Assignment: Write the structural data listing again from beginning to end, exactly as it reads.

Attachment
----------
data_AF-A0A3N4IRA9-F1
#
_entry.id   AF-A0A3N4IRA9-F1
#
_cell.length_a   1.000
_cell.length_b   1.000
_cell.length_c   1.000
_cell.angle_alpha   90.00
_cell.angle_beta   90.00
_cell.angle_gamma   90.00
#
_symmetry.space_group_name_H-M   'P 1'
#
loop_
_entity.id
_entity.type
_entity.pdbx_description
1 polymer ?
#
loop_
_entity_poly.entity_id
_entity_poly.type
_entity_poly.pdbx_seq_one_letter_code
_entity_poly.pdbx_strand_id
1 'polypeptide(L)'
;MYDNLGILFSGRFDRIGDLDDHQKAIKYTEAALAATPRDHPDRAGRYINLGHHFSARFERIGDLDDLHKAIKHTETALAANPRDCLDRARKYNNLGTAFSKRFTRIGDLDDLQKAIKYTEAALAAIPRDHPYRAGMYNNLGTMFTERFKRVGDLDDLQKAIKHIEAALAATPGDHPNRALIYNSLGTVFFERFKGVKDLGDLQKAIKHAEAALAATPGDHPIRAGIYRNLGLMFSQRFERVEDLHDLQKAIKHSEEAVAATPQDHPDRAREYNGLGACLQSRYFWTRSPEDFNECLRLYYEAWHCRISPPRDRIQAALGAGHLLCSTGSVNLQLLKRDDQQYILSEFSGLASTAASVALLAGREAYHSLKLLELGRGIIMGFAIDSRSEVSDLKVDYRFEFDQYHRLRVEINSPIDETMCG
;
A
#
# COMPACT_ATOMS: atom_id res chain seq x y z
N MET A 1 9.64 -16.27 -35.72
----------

data_AF-A0A3N4IRA9-F1
#
_entry.id   AF-A0A3N4IRA9-F1
#
_cell.length_a   1.000
_cell.length_b   1.000
_cell.length_c   1.000
_cell.angle_alpha   90.00
_cell.angle_beta   90.00
_cell.angle_gamma   90.00
#
_symmetry.space_group_name_H-M   'P 1'
#
loop_
_entity.id
_entity.type
_entity.pdbx_description
1 polymer ?
#
loop_
_entity_poly.entity_id
_entity_poly.type
_entity_poly.pdbx_seq_one_letter_code
_entity_poly.pdbx_strand_id
1 'polypeptide(L)'
;MYDNLGILFSGRFDRIGDLDDHQKAIKYTEAALAATPRDHPDRAGRYINLGHHFSARFERIGDLDDLHKAIKHTETALAANPRDCLDRARKYNNLGTAFSKRFTRIGDLDDLQKAIKYTEAALAAIPRDHPYRAGMYNNLGTMFTERFKRVGDLDDLQKAIKHIEAALAATPGDHPNRALIYNSLGTVFFERFKGVKDLGDLQKAIKHAEAALAATPGDHPIRAGIYRNLGLMFSQRFERVEDLHDLQKAIKHSEEAVAATPQDHPDRAREYNGLGACLQSRYFWTRSPEDFNECLRLYYEAWHCRISPPRDRIQAALGAGHLLCSTGSVNLQLLKRDDQQYILSEFSGLASTAASVALLAGREAYHSLKLLELGRGIIMGFAIDSRSEVSDLKVDYRFEFDQYHRLRVEINSPIDETMCG
;
A
#
# COMPACT_ATOMS: atom_id res chain seq x y z
N MET A 1 9.64 -16.27 -35.72